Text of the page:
Tuesday, January 28, 2014
Death is a breathtaking concept; a statement as figurative as it is literal. It's the fear in it. The finality. Therein lies the brunt of its beauty. Death is the only force mankind shall never prevail against. No matter what life lengthening drug or procedure man invents, accidents happen. As do murders.
Homicide, the grimmest yet most potent of muses, and the engine of countless plots. Passion or insanity, what else could make a man murder? To betray a rule so sacred? To take away the--
...I won't dip my toe in the dark waters, on second thought.
As a voice-giver for fictional murderers, I've found it's best to shy away from a mind contemplating the nature of immoral subjectively. Cold science can never lend an unbiased perspective to psychology, as to judge emotion you must cast your own bias--emotion-- to come from a place of empathy. Authors know this best. That's why our stories tend to end happily. The bond you form with a story's characters is but a microscopic fraction of a passionate writer's. While you spend a week or two with the story, we devote months, even years.
I now find myself facing such a conundrum.
How do you end that which has become so deeply ingrained into your existence and everyday process of thought? These characters, they're so much more than characters to me. Oh the humanity! The horror of ending the horror. Pushing a plot out of the nest, hoping everything you put into it will allow it to soar as high as your visions projected. Rewriting. Rewriting. Cuts. Edits. Do-overs. Why can't it ever be enough? Why is goodbye so hard? The endeavor feels like an endless escapade, but I know that's just the artist in me. My dreams are the painting, my love the paint, but ultimately this is for sale. A product. A part of my life is a product, one that needs to sell.
Ending a book is like ending a chapter to your own life. No one understands the importance of ending a chapter powerfully as an author does, I'd say. As such, we are critical of our own lives and the conduct that comprises its content. Once you set your mind to a creative perspective, you see life in stories, potential material and irrelevant errors to edit out. It's torturous yet magnificent, though ultimately unfathomable to the normal people around us. The more at one with the written word I become, the more alienated I find myself with society.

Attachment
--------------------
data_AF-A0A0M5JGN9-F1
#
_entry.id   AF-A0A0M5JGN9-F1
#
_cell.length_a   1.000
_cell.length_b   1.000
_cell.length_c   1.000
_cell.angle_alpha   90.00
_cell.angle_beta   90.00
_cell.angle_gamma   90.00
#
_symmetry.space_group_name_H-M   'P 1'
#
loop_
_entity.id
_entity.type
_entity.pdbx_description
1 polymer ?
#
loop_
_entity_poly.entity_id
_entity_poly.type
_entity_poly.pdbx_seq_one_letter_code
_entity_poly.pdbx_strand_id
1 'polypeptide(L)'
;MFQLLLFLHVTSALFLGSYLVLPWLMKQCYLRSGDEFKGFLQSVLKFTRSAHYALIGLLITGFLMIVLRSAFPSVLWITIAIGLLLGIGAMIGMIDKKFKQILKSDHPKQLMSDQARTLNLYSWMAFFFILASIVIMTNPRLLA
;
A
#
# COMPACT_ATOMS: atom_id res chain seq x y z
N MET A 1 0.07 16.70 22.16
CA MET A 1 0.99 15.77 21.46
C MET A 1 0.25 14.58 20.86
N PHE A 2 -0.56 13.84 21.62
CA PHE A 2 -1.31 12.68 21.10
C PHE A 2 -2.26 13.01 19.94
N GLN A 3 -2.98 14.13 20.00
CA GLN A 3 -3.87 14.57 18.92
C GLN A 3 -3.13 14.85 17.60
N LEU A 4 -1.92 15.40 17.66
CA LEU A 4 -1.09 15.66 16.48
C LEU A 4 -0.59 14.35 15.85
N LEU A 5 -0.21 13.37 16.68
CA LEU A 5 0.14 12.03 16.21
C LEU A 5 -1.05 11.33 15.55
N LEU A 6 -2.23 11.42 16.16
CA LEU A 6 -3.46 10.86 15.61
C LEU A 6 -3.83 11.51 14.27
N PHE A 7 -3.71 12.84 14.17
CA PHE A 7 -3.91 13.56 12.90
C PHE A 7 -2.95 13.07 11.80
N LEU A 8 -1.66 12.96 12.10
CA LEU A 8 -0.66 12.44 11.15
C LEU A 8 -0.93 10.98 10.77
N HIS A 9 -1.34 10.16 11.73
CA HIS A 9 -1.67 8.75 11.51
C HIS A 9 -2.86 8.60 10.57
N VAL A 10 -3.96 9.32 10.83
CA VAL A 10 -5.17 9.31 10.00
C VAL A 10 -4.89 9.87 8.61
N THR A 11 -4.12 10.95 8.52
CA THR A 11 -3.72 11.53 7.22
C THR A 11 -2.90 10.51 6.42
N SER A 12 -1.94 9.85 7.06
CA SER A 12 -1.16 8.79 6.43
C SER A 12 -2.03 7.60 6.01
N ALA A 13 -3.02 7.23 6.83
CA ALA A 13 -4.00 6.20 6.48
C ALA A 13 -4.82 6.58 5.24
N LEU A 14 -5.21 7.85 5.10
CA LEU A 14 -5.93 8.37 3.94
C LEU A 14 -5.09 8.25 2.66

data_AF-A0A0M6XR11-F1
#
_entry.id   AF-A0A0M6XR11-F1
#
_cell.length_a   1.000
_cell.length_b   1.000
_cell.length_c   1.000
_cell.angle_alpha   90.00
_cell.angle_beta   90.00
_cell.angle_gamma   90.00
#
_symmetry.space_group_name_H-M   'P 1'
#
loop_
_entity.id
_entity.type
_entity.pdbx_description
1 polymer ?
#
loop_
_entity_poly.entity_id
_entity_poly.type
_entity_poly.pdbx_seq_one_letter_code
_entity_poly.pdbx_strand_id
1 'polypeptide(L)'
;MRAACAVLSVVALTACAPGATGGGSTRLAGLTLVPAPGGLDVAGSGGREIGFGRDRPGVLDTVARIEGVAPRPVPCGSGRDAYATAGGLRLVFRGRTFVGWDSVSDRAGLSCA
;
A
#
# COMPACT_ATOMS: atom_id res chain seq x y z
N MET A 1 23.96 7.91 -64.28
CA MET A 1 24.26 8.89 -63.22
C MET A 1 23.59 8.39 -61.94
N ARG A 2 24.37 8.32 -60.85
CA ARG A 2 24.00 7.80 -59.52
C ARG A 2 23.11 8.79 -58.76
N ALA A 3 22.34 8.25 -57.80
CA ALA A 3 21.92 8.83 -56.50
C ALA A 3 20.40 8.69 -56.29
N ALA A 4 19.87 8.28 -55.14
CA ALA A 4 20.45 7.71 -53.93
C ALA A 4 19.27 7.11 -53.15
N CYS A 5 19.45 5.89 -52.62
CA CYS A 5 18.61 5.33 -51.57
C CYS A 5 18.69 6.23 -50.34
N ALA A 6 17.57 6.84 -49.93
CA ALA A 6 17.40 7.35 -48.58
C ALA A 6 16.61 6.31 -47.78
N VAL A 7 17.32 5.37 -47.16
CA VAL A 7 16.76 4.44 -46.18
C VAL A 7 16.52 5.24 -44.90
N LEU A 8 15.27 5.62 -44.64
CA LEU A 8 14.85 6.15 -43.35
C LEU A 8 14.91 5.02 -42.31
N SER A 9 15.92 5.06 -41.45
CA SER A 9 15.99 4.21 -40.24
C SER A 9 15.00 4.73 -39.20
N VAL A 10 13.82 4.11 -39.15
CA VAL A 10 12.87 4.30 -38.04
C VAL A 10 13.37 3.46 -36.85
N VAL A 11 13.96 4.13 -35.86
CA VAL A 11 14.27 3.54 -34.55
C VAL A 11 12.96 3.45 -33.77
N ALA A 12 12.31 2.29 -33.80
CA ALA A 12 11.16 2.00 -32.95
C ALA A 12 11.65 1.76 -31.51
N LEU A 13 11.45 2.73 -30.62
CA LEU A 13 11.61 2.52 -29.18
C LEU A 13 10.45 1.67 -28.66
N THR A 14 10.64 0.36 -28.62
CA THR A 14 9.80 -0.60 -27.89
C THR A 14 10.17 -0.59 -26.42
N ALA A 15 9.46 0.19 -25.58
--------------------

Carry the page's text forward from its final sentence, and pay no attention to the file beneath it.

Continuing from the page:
When this ends, I find myself parting with an amazing set of friends and enemies. Fortunately, I know this particular cast is one I shall revisit often, but that is rarely the case. Though melancholic that we must part, I relish my momentary triumph over the dreaded blank page. A finished book is a bittersweet victory in an endless campaign. One that comes after a bloody string of unsatisfying losses and defeats. Perhaps it is the deluded English blood pumping through my veins, but I find that marvelous. The life of the writer is a dark struggle, but as the ends of our chapters come... we manage smile. Writing is its own reward. Truly it is. The end of a book is a sad reward. It's like attending a graduation party for a friend you love deeply, but you know is going away for a long time.
So you write again. Starting a new beginning. Renewing a need for an ending you never wanted yet pined for the entire time.
Tuesday, January 21, 2014
|English: Albert Einstein Français : portrait d'Albert Einstein (Photo credit: Wikipedia)|
You see, I've pondered an awful lot about the nature of intellect; how we measure it, regard it, et cetera. It's my belief that we will never have a clear picture of someone's ultimate potential. Even tests fall short-- unable to measure the millions of facets that comprise the complexity of ascertaining true genius. Don't you love how fleeting getting your IQ score is? Regardless if the quotient demoralizes or reassures us, we're disinclined to share it with anyone. For fear of what, though? Seeming arrogant?